Like Khanal and Rana, hundreds of parents in Kathmandu are apprehensive about sending their kids to school as the daily Covid-19 infection numbers are still higher, at around 1,000. On Friday the country reported a total of 1,146 new cases of the virus, with 21 Covid-19 related fatalities.
“Who will be responsible if children get infected or die,” asks Khanal.
Although new Covid-19 cases are declining over the past few days, the number of daily deaths has remained somewhat the same —18 on an average and on Friday it was 21, which experts say is quite challenging, so the authorities should not rush to reopen schools.
Dr Sher Bahadur Pun, chief of Clinical Research Unit at Sukraraj Tropical and Infectious Disease Hospital in Teku says the danger is still there, as the number of daily cases is still over 1,000.
“Before schools are reopened they should make necessary modifications to their infrastructures including classrooms, schoolbuses, toilets and playgrounds among other things to prevent disease transmission,” said Pun.
He is among the experts who have long been warning that children will be at high risk if the third wave grips the country as they are not vaccinated and Nepal does not have enough pediatric health facilities and health workers to handle a pandemic situation.
Some parents, meanwhile, are of the view that their kids are stressed with virtual learning and they are equally willing to send them to school. “But you can see most of the private schools are being run in rented buildings with smaller classrooms and little open space. So maintaining physical distance at such schools is difficult,” said Khanal.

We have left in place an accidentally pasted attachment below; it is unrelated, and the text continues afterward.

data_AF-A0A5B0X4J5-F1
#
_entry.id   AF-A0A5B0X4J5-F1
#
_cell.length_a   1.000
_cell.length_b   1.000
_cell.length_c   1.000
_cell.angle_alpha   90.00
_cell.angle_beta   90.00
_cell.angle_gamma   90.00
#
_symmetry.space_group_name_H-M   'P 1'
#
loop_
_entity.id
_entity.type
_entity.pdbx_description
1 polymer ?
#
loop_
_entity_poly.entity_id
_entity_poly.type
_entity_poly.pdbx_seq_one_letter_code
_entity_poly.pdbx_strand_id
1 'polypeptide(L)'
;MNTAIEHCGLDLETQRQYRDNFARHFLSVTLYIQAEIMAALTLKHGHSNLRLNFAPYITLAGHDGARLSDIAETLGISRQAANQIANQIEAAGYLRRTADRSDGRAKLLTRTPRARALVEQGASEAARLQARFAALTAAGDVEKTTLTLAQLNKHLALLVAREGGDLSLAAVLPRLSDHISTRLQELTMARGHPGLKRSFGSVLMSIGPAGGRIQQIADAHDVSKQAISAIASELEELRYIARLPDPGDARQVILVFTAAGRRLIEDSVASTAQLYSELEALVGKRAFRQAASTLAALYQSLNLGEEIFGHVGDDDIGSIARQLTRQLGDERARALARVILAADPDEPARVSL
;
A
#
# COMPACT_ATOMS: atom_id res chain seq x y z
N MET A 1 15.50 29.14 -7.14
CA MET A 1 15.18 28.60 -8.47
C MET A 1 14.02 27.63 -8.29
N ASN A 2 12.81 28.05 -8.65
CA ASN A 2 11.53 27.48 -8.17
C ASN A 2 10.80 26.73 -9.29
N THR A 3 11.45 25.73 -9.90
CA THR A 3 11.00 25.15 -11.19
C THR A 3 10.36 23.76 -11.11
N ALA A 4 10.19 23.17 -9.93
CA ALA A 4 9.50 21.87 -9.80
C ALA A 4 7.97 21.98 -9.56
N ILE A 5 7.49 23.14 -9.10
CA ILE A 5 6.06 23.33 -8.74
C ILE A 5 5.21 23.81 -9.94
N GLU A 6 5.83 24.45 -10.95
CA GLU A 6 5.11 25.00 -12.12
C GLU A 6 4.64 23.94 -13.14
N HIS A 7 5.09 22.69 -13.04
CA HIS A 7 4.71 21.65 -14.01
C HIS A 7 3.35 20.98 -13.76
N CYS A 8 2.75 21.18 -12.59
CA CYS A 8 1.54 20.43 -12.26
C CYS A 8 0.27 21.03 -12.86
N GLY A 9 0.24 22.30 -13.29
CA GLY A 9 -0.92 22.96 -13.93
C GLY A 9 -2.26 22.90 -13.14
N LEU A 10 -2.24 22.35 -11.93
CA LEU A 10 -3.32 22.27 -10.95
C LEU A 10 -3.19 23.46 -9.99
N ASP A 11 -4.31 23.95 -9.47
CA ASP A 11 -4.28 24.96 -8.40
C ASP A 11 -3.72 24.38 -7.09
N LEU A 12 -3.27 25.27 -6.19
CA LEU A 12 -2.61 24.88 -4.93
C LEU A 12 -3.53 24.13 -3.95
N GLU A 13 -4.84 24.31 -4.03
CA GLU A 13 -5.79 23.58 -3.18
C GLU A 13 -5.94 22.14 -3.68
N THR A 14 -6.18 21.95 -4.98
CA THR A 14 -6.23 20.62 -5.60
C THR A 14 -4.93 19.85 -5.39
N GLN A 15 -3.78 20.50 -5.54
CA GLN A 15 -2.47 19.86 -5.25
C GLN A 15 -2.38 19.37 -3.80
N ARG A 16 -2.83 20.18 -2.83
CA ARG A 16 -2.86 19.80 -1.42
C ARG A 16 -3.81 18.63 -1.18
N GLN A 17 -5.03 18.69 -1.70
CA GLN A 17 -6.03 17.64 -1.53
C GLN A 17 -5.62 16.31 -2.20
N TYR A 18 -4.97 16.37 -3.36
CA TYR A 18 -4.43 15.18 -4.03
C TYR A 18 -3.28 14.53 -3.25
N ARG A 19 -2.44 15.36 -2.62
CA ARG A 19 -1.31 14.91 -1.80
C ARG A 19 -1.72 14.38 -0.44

Schools and colleges across the country were closed since March 18 last year and after nearly nine months, from the third week of January this year, some of them reopened only to be closed three months later. This indefinite shutdown of school has had an inordinate effect on children mainly from poor economic backgrounds across the country. A UNICEF research showed that school closure has led to alarming inequities in learning opportunities for children in South-Asia.
Although the authorities have decided to reopen schools, parents like Khanal and Rana say there is no point in opening schools as the biggest festivals Dashain and Tihar, which see long school holidays, are near. Dr Pun also agrees.
“If only the schools use the festival time to modify their school infrastructures to tackle Covid, it would be helpful in mitigating the transmission risk,” said Pun.
However, Suprabhat Bhandari, chairperson of the Guardians Federation Nepal thinks schools won’t do that. “Because private schools’ primary concern is profit and they don’t have proper school infrastructure to make major modifications. They are less concerned about students’ safety,” said Bahndari.
“It is okay to reopen schools in rural areas where there are no virus cases, because most of the community schools have very fewer student numbers —less than 100, and virtual learning has not been working for them in lack of laptops, cell phones and internet. But in places like Kathmandu, reopening would be risky,” said Bhandari.